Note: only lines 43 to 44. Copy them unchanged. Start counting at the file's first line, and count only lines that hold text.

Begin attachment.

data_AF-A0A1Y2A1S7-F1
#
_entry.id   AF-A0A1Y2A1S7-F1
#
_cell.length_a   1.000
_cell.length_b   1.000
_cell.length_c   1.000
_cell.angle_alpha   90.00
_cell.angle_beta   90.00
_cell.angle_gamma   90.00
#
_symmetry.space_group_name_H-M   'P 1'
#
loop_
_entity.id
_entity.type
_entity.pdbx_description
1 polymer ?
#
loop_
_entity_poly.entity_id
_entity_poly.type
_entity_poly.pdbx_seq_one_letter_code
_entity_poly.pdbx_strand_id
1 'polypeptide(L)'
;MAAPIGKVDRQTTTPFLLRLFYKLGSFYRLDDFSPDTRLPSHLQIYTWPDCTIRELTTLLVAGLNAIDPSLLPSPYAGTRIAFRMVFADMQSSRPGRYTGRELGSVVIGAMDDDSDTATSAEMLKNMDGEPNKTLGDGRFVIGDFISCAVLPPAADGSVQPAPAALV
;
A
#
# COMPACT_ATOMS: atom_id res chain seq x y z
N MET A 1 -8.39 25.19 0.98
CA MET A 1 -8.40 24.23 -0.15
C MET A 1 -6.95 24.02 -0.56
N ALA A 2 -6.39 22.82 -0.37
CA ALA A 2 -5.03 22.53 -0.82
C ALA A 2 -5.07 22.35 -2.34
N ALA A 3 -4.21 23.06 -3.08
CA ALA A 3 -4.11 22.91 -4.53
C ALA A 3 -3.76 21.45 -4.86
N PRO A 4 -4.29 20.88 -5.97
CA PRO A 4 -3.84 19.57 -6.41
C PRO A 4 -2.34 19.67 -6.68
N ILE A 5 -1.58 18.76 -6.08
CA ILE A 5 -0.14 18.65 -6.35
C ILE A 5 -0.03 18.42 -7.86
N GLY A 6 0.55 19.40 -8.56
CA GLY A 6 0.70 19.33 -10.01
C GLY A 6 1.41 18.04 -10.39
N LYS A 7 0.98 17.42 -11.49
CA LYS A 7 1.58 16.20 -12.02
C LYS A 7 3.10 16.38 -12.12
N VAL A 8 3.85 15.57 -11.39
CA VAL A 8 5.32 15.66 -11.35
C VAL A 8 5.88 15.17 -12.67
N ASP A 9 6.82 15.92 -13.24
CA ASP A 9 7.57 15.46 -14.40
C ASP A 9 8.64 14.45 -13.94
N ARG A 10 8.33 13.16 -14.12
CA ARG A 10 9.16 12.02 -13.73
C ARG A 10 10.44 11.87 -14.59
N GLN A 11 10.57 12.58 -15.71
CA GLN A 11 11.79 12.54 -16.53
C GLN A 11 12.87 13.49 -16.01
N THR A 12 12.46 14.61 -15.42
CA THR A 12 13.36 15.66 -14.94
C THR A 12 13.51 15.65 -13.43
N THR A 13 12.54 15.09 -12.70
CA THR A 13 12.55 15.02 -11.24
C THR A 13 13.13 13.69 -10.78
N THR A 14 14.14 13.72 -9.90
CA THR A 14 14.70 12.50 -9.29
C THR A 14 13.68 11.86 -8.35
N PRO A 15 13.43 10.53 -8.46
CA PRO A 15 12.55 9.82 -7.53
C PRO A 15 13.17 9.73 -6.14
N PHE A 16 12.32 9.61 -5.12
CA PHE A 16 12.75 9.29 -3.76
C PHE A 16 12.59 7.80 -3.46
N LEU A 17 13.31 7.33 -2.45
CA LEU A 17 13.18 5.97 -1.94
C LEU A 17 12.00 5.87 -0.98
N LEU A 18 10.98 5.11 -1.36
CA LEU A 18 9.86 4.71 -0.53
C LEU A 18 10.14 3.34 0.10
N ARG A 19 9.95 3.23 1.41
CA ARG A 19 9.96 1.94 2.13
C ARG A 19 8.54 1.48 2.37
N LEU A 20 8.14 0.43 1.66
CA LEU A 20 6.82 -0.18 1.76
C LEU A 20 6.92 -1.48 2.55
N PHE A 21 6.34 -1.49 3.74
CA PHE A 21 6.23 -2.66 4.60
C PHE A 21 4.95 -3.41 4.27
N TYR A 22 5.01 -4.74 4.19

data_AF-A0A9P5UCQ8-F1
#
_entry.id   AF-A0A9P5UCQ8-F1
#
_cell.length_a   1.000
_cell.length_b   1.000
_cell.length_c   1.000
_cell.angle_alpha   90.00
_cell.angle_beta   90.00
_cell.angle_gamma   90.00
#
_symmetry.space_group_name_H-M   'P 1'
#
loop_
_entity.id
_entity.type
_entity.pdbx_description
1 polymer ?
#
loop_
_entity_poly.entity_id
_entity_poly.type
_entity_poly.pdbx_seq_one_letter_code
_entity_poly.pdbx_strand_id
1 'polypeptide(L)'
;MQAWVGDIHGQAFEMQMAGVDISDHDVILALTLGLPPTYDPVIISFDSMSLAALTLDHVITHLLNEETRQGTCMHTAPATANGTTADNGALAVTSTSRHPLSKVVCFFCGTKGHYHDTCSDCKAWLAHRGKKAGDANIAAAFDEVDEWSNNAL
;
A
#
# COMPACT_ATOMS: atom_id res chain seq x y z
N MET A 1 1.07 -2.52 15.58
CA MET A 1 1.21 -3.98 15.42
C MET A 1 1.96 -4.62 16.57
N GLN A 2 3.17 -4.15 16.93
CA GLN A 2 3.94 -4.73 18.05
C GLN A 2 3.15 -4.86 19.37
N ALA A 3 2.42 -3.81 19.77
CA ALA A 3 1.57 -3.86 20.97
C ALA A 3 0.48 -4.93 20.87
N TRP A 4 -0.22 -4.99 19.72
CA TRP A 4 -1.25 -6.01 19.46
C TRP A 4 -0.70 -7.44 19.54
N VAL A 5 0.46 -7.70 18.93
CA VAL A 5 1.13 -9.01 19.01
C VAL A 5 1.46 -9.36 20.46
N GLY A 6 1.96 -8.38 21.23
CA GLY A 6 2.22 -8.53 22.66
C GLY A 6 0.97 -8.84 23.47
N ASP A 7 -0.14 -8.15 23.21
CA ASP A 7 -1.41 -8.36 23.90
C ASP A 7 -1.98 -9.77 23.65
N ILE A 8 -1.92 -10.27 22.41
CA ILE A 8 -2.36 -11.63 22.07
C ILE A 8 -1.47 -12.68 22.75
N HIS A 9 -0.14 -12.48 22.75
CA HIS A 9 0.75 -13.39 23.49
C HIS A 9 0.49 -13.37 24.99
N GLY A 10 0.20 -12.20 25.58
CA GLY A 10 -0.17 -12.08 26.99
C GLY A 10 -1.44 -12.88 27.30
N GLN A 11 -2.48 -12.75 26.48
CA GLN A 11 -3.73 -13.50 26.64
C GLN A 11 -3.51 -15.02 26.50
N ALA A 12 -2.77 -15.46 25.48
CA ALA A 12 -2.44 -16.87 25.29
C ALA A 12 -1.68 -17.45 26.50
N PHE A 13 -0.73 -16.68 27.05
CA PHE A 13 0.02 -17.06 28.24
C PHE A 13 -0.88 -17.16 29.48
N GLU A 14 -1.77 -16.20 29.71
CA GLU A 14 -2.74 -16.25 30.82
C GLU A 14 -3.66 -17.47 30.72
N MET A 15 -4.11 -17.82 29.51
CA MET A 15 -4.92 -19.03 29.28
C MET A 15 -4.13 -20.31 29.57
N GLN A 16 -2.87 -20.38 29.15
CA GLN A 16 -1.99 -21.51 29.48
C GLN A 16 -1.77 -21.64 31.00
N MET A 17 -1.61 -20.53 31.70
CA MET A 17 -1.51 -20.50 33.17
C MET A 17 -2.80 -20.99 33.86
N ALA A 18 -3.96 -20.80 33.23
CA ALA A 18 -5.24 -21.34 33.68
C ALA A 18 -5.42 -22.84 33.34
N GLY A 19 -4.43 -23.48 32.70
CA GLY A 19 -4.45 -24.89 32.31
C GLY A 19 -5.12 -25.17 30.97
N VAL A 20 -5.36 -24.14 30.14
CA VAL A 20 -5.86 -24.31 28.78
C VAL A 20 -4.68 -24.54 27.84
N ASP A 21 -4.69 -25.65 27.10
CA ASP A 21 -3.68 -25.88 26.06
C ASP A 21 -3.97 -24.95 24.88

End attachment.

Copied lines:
N ILE A 5 -1.58 18.76 -6.08
CA ILE A 5 -0.14 18.65 -6.35